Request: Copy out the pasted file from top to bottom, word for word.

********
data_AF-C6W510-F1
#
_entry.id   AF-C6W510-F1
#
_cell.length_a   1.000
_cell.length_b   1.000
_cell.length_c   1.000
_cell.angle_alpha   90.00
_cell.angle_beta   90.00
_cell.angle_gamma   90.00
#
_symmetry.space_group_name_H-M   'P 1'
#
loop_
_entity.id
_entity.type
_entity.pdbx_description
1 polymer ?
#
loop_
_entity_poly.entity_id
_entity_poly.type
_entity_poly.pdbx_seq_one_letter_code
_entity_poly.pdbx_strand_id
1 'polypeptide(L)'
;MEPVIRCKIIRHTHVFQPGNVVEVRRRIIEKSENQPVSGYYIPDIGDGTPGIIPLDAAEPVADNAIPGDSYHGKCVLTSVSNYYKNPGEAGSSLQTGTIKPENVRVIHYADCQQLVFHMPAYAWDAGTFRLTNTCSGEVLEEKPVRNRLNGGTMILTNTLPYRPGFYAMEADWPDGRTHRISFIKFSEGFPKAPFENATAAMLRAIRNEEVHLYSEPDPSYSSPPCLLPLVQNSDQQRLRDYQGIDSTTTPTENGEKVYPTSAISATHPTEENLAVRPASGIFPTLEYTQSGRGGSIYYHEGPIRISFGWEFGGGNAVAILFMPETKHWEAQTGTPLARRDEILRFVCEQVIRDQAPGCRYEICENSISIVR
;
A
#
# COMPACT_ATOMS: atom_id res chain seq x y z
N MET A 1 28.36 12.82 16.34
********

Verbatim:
data_AF-C6W510-F1
#
_entry.id   AF-C6W510-F1
#
_cell.length_a   1.000
_cell.length_b   1.000
_cell.length_c   1.000
_cell.angle_alpha   90.00
_cell.angle_beta   90.00
_cell.angle_gamma   90.00
#
_symmetry.space_group_name_H-M   'P 1'
#
loop_
_entity.id
_entity.type
_entity.pdbx_description
1 polymer ?
#
loop_
_entity_poly.entity_id
_entity_poly.type
_entity_poly.pdbx_seq_one_letter_code
_entity_poly.pdbx_strand_id
1 'polypeptide(L)'
;MEPVIRCKIIRHTHVFQPGNVVEVRRRIIEKSENQPVSGYYIPDIGDGTPGIIPLDAAEPVADNAIPGDSYHGKCVLTSVSNYYKNPGEAGSSLQTGTIKPENVRVIHYADCQQLVFHMPAYAWDAGTFRLTNTCSGEVLEEKPVRNRLNGGTMILTNTLPYRPGFYAMEADWPDGRTHRISFIKFSEGFPKAPFENATAAMLRAIRNEEVHLYSEPDPSYSSPPCLLPLVQNSDQQRLRDYQGIDSTTTPTENGEKVYPTSAISATHPTEENLAVRPASGIFPTLEYTQSGRGGSIYYHEGPIRISFGWEFGGGNAVAILFMPETKHWEAQTGTPLARRDEILRFVCEQVIRDQAPGCRYEICENSISIVR
;
A
#
# COMPACT_ATOMS: atom_id res chain seq x y z
N MET A 1 28.36 12.82 16.34